UTBDR & a Little Extra

Discussion in 'Ride Reports - Epic Rides' started by MagnaMungus, Sep 20, 2021.

  1. MagnaMungus

    MagnaMungus Adventurer Supporter

    Joined:
    Apr 6, 2019
    Oddometer:
    46
    Location:
    Montana
    After rescheduling several times and work obligations threating to cancel the trip, I finally set out on the Utah Backcountry Discovery Route. I don’t know if this was truly an epic adventure, but it was a terrific week-long diversion before delving headlong into a stretch of work-related torture.

    Thursday 9/9/21 Day One (sort of)

    We set out from Montana at 6am, trailering the bikes to Garden City, UT. It made the most sense for our group of six to ride the route from North to South. The smoke was so thick all the way through Montana and Idaho that we were worried we weren’t going to see anything along our route. It was so bad at one point it was raining ash on the truck when we stopped. Once we began to head east along Rt. 30 in Utah the smoke began to clear. By the time we made it to Garden City there was blue sky, and we breathed a (refreshing) sigh of relief.

    Hitting the Bear Lake/Marina Side KOA Holiday around 4pm we promptly set about making some grub and prepping our bikes for the next day’s ride. One of our riding buddies showed up shortly thereafter and after some well needed food we decided to see what Garden City was all about, so we got on our bikes and cruised the strip. Garden City is one of those little lake towns out west that likely went unnoticed for decades but is now seemingly exploding. We were all a bit taken aback by the amount of new (and expensive looking) construction on and around the lake. The water level was quite low due to drought conditions in Utah, so we took the opportunity to ride our bikes along the beach and then cruised up the hill overlooking the lake to catch the sunset. The rest of our group rolled in around 8:30 and we grabbed some pizza and retired to the campground for some suds and conversation.

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    *For those looking to ride the UTBDR north to south, the KOA offers long-term parking for $1.50 a day in an empty lot adjacent to the campground. But by the time you read this that lot will probably have been turned into high end commercial/residential property.


    Friday 9/10/21 Day 2 (really day one, but you get the idea)

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    Our group was comprised of two KTM 790 Adventure R’s, a KTM 890 Adventure R, a KTM 950 Adventure, a BMW 1200GS, and a humble 2005 BMW 650GS. We were geared up and ready for adventure. We loaded up the bikes, parked the trucks, and retreated out the back gate of the KOA on an epic trip…directly across the street for breakfast. After a quick nosh at the Campfire Grille, we were finally underway at around 10am. The route immediately climbs out of Garden City and up into the hills on a nice twisty highway. In fairly short order we were on the trail and I was stoked for the ride ahead. We were quickly met with a trail full of baby-heads that crossed underneath the highway and out into the high-country. Our group were all experienced riders, some more so than others, but I was a bit concerned about the guys on fully loaded bikes hitting the chunder first thing in the morning. All was well and the trail smoothed out a bit and we meandered through thick forest, clear skies, and beautiful scenery.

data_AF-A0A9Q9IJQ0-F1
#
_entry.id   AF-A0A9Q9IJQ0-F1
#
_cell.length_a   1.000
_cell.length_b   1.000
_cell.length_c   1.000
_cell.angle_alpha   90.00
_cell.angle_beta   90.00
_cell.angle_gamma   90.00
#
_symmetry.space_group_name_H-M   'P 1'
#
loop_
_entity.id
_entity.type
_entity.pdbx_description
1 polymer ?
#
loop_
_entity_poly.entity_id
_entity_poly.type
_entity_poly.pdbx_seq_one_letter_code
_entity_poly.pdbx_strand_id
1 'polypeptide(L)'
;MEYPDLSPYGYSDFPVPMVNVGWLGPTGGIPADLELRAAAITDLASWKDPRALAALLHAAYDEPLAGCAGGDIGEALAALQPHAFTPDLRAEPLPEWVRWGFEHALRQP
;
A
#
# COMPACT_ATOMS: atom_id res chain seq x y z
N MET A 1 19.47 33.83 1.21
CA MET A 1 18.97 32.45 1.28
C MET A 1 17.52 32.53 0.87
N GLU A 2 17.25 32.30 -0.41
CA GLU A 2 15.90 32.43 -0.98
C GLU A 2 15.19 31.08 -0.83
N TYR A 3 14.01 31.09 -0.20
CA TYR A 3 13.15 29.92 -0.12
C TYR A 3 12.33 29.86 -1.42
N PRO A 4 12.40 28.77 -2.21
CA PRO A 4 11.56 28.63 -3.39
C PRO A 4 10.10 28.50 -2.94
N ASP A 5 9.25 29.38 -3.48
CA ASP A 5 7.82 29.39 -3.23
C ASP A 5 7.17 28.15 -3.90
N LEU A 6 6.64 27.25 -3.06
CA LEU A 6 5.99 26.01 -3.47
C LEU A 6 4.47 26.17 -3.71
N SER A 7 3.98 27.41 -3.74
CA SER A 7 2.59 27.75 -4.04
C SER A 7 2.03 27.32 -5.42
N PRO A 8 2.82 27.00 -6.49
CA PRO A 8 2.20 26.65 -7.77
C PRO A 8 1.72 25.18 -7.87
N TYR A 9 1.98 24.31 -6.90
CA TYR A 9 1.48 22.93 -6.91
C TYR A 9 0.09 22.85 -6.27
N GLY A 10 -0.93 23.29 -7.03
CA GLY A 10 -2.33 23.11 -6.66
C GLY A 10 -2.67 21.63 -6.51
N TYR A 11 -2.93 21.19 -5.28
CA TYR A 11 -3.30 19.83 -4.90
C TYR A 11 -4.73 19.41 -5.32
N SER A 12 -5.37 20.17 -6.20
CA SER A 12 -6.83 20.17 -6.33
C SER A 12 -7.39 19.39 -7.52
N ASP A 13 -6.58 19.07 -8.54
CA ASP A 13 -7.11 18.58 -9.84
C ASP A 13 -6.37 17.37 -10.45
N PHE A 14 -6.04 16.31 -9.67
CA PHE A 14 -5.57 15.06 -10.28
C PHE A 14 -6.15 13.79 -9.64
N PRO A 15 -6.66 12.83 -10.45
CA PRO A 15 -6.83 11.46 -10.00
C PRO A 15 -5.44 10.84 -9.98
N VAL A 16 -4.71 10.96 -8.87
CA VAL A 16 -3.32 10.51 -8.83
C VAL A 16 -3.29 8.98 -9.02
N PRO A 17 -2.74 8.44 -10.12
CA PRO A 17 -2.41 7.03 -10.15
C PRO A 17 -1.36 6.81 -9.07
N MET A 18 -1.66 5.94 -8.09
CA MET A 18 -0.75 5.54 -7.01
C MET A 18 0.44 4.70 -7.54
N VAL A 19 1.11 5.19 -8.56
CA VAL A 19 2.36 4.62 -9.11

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    I and one other rider had downloaded the GPS files from the BDR website and loaded them into our Garmin units. I also loaded the tracks into Gaia GPS as a backup. I like to have paper maps with me as well, but I neglected to buy the updated Butler map before the trip. One member of our group had an older map, and the other two guys were just along for the ride and weren’t too into navigation. After one little standoff where someone thought the trail went one way, though my Garmin and Gaia said the opposite, we got along just fine. This same scenario where we would get to a crossroads and split up became a common theme later in the ride.

    For a time, we didn’t encounter many people, nor much wildlife, until we came upon a large sheep herd being carefully looked after by a small pack of dogs. And by carefully looked after, I mean that one dog barked at us a bit, and the other slowly roused himself from his midday, mid-road slumber only as my buddy nearly stopped on top of him. They couldn’t be any less concerned about a bunch of dudes on motorbikes. Had we been wearing wolf-skin coats, perhaps they would have reacted a bit more aggressively, but I digress.

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    We came out of the hills into Woodruff. I blinked and nearly missed it. The guys wanted to stop for gas, but the pumps weren’t really working so we pushed on toward Evanston, WY. As we made our way down the highway, we could see some rain up ahead. I stopped and threw my jacket back on just in time for a torrential wind and rainstorm. We were riding leeward trying our darndest to keep the shiny side up and just hoping for a gas station to appear and offer some respite. We made it into Evanston and huddled in a car wash bay and waited for the storm to pass.

    Once the skies cleared, we headed into town to find some lunch and dry off. There wasn’t much happening in town, and we struggled a bit to find an open lunch spot. Finally someone hipped us to a cool little joint called Suds Bros. It was a kinda fun little dive bar/classic rock/hillbilly bar with an eclectic crowd, and the food and drink proved quite delicious. I don’t drink, but the other guys were pleased to be out of Utah for the moment and to be able to enjoy a cold beer with their lunch.